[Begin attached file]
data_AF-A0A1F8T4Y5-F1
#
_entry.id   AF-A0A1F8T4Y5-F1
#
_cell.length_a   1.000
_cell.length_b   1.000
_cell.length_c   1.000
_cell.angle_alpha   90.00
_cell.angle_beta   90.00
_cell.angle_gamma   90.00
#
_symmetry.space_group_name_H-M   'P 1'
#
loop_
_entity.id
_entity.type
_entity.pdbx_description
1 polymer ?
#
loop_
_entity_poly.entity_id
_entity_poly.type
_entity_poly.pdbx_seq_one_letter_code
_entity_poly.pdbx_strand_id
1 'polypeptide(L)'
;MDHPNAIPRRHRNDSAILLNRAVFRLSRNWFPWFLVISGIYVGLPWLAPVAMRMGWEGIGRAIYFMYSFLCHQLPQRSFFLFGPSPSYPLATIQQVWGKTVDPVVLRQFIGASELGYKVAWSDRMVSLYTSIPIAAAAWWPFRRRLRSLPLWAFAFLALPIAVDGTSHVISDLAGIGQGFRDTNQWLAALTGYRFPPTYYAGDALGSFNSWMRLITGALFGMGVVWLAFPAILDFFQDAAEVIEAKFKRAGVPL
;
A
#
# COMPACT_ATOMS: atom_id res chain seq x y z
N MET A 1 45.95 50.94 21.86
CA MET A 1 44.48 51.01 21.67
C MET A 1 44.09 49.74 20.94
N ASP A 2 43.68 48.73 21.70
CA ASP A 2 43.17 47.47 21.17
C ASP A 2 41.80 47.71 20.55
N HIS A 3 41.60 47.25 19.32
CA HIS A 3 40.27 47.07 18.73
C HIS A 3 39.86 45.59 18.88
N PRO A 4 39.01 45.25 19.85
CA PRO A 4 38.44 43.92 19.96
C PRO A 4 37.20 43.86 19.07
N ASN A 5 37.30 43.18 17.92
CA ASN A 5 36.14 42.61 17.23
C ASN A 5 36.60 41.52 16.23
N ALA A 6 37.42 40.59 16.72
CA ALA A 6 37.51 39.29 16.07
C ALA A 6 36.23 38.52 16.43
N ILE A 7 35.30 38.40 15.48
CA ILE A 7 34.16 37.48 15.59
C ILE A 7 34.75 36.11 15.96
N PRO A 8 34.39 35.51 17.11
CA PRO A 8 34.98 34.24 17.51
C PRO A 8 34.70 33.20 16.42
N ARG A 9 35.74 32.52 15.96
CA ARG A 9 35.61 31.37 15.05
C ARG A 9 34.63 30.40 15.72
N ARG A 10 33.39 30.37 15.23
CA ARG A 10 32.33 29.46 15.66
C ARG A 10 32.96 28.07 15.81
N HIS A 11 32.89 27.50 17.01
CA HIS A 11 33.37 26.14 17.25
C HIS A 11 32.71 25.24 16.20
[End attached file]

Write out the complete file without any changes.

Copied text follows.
data_AF-A0A1F8T4Y5-F1
#
_entry.id   AF-A0A1F8T4Y5-F1
#
_cell.length_a   1.000
_cell.length_b   1.000
_cell.length_c   1.000
_cell.angle_alpha   90.00
_cell.angle_beta   90.00
_cell.angle_gamma   90.00
#
_symmetry.space_group_name_H-M   'P 1'
#
loop_
_entity.id
_entity.type
_entity.pdbx_description
1 polymer ?
#
loop_
_entity_poly.entity_id
_entity_poly.type
_entity_poly.pdbx_seq_one_letter_code
_entity_poly.pdbx_strand_id
1 'polypeptide(L)'
;MDHPNAIPRRHRNDSAILLNRAVFRLSRNWFPWFLVISGIYVGLPWLAPVAMRMGWEGIGRAIYFMYSFLCHQLPQRSFFLFGPSPSYPLATIQQVWGKTVDPVVLRQFIGASELGYKVAWSDRMVSLYTSIPIAAAAWWPFRRRLRSLPLWAFAFLALPIAVDGTSHVISDLAGIGQGFRDTNQWLAALTGYRFPPTYYAGDALGSFNSWMRLITGALFGMGVVWLAFPAILDFFQDAAEVIEAKFKRAGVPL
;
A
#
# COMPACT_ATOMS: atom_id res chain seq x y z
N MET A 1 45.95 50.94 21.86
CA MET A 1 44.48 51.01 21.67
C MET A 1 44.09 49.74 20.94
N ASP A 2 43.68 48.73 21.70
CA ASP A 2 43.17 47.47 21.17
C ASP A 2 41.80 47.71 20.55
N HIS A 3 41.60 47.25 19.32
CA HIS A 3 40.27 47.07 18.73
C HIS A 3 39.86 45.59 18.88
N PRO A 4 39.01 45.25 19.85
CA PRO A 4 38.44 43.92 19.96
C PRO A 4 37.20 43.86 19.07
N ASN A 5 37.30 43.18 17.92
CA ASN A 5 36.14 42.61 17.23
C ASN A 5 36.60 41.52 16.23
N ALA A 6 37.42 40.59 16.72
CA ALA A 6 37.51 39.29 16.07
C ALA A 6 36.23 38.52 16.43
N ILE A 7 35.30 38.40 15.48
CA ILE A 7 34.16 37.48 15.59
C ILE A 7 34.75 36.11 15.96
N PRO A 8 34.39 35.51 17.11
CA PRO A 8 34.98 34.24 17.51
C PRO A 8 34.70 33.20 16.42
N ARG A 9 35.74 32.52 15.96
CA ARG A 9 35.61 31.37 15.05
C ARG A 9 34.63 30.40 15.72
N ARG A 10 33.39 30.37 15.23
CA ARG A 10 32.33 29.46 15.66
C ARG A 10 32.96 28.07 15.81
N HIS A 11 32.89 27.50 17.01
CA HIS A 11 33.37 26.14 17.25
C HIS A 11 32.71 25.24 16.20